Generating MSIX package components

This article shows you how to generate MSIX package components for packaging your application using command line tools (without using Visual Studio or the MSIX Packaging Tool).

To manually package your app, you need to create a package manifest file, add your package components and then run the MakeAppx.exe command line tool to generate an MSIX package.

First, prepare to package

If you haven't yet, review this section on what you need to know before packaging your application.

Create a package manifest

Create a file, name it appxmanifest.xml, and then add this XML to it.

It's a basic template that contains the elements and attributes that your package needs. We'll add values to these in the next section.

<?xml version="1.0" encoding="utf-8"?>
<Package
  xmlns="http://schemas.microsoft.com/appx/manifest/foundation/windows10"
  xmlns:uap="http://schemas.microsoft.com/appx/manifest/uap/windows10"
  xmlns:rescap="http://schemas.microsoft.com/appx/manifest/foundation/windows10/restrictedcapabilities">
  <Identity Name="" Version="" Publisher="" ProcessorArchitecture="" />
  <Properties>
    <DisplayName></DisplayName>
    <PublisherDisplayName></PublisherDisplayName>
    <Description></Description>
    <Logo></Logo>
  </Properties>
  <Resources>
    <Resource Language="" />
  </Resources>
  <Dependencies>
    <TargetDeviceFamily Name="Windows.Desktop" MinVersion="" MaxVersionTested="" />
  </Dependencies>
  <Capabilities>
    <rescap:Capability Name="runFullTrust"/>
  </Capabilities>
  <Applications>
    <Application Id="" Executable="" EntryPoint="Windows.FullTrustApplication">
      <uap:VisualElements DisplayName="" Description=""	Square150x150Logo=""
        Square44x44Logo="" BackgroundColor="" />
    </Application>
  </Applications>
</Package>

Fill in the package-level elements of your file

Fill in this template with information that describes your package.

Identity information

Here's an example Identity element with placeholder text for the attributes. You can set the ProcessorArchitecture attribute to x64 , x86 , arm (i.e. 32bit ARM), arm64 , or neutral

<Identity Name="MyCompany.MySuite.MyApp"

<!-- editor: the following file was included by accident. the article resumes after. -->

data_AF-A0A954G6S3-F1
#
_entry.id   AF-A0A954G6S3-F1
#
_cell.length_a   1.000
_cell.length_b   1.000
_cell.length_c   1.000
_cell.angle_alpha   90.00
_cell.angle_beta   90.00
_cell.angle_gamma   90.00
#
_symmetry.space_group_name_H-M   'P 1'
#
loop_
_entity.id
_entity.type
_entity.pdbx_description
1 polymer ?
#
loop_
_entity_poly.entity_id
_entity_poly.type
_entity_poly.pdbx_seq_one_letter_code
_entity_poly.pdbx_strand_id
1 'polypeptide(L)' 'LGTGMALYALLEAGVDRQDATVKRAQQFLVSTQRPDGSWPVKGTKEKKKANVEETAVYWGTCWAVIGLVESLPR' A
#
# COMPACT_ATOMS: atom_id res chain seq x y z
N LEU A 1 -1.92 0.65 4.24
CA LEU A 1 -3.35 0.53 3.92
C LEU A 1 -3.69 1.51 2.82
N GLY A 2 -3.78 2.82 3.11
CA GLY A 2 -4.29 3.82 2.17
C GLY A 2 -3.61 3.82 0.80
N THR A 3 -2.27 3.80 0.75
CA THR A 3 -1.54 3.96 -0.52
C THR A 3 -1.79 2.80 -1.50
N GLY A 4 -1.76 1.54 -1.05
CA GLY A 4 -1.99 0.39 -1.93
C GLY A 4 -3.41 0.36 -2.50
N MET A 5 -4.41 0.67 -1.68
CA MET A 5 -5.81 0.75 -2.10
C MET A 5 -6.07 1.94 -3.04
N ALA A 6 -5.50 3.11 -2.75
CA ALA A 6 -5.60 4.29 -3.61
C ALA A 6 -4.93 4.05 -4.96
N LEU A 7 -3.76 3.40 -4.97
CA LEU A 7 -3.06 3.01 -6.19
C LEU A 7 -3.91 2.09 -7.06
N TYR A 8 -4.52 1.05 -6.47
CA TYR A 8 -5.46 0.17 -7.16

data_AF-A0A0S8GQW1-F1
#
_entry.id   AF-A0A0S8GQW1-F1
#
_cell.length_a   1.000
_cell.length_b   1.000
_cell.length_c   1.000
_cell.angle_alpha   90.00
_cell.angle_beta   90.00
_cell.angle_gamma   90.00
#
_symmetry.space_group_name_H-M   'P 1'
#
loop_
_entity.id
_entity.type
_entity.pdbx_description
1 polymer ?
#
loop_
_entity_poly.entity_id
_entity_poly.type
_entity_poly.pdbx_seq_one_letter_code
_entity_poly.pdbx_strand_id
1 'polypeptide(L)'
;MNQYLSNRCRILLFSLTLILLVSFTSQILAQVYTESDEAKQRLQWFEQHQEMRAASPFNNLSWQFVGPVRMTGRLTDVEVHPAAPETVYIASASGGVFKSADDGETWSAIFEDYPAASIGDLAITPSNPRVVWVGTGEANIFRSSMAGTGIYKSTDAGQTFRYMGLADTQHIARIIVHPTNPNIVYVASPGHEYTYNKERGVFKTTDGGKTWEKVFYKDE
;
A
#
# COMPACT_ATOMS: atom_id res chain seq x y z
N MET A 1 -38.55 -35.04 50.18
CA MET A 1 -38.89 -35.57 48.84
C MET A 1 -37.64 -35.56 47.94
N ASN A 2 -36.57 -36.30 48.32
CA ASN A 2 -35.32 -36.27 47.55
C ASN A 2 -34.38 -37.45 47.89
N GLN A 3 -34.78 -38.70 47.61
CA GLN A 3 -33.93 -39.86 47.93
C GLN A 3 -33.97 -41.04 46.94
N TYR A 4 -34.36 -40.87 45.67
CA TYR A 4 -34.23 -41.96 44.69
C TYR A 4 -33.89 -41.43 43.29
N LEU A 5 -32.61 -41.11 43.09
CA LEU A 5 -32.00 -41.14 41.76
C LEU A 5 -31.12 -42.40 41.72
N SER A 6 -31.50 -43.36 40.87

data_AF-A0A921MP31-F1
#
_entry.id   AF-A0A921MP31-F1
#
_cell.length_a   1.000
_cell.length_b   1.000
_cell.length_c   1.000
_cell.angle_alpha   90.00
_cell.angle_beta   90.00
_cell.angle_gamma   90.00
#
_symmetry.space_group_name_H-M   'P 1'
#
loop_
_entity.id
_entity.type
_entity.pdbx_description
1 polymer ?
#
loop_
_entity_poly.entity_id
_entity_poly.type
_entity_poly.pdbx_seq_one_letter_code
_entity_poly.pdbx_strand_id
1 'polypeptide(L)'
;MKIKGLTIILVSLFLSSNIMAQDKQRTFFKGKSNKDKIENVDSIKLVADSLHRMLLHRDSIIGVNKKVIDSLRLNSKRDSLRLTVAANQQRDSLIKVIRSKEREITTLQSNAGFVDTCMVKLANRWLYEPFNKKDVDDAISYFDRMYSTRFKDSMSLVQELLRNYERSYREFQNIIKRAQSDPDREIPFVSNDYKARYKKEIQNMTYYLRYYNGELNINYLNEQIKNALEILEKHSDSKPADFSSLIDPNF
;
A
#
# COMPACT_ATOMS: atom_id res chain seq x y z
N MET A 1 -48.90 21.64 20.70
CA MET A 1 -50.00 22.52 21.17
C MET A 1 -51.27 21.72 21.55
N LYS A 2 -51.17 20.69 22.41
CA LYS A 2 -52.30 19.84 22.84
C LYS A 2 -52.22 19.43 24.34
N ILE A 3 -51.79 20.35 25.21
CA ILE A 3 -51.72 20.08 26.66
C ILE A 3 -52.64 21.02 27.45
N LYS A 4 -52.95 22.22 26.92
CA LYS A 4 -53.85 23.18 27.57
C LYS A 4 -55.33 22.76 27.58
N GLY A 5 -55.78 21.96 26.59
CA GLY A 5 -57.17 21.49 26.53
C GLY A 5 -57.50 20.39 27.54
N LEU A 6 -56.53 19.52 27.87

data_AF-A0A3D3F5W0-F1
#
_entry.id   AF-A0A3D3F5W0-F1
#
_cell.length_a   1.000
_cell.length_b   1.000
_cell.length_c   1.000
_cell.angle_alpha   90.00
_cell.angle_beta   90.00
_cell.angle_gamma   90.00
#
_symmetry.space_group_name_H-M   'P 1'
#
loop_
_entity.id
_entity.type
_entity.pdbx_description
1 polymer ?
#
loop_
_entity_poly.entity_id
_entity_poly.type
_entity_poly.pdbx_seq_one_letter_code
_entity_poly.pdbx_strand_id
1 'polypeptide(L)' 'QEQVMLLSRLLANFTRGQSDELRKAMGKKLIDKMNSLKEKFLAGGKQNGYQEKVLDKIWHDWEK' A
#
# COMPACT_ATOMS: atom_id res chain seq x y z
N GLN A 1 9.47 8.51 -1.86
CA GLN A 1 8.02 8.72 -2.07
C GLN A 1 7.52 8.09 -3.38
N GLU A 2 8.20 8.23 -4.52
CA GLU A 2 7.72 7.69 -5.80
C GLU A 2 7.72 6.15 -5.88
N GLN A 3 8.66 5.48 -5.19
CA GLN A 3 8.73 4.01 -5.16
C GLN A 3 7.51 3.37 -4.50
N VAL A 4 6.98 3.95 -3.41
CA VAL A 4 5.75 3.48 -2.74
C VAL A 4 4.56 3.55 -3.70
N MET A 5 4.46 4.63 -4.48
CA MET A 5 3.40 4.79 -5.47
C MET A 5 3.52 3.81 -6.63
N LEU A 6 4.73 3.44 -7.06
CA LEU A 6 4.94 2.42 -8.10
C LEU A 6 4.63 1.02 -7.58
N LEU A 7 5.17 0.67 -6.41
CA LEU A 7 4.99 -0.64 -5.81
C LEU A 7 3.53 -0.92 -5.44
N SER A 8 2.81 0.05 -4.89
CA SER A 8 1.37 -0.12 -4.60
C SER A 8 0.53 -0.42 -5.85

Version="1.0.0.0"
          Publisher="CN=MyCompany, O=MyCompany, L=MyCity, S=MyState, C=MyCountry"
			    ProcessorArchitecture="x64">

Note

If you've reserved your application name in the Microsoft Store, you can obtain the Name and Publisher by using Partner Center. If you plan to sideload your application onto other systems, you can provide your own names for these as long as the publisher name that you choose matches the name on the certificate you use to sign your app.

Properties

The Properties element has 3 required child elements. Here is an example Properties node with placeholder text for the elements. The DisplayName is the name of your application that you reserve in the Store, for apps which are uploaded to the Store.

<Properties>
  <DisplayName>MyApp</DisplayName>
  <PublisherDisplayName>MyCompany</PublisherDisplayName>
  <Logo>images\icon.png</Logo>
</Properties>

Resources

Here is an example Resources node.

<Resources>
  <Resource Language="en-us" />
</Resources>

Dependencies

For desktop apps that you create a package for, always set the Name attribute to Windows.Desktop.

<Dependencies>
<TargetDeviceFamily Name="Windows.Desktop" MinVersion="10.0.14316.0" MaxVersionTested="10.0.15063.0" />
</Dependencies>

Capabilities

For desktop apps that you create a package for, you'll have to add the runFullTrust capability.

<Capabilities>
  <rescap:Capability Name="runFullTrust"/>
</Capabilities>

Fill in the application-level elements

Fill in this template with information that describes your app.

Application element

For desktop apps that you create a package for, the EntryPoint attribute of the Application element is always Windows.FullTrustApplication.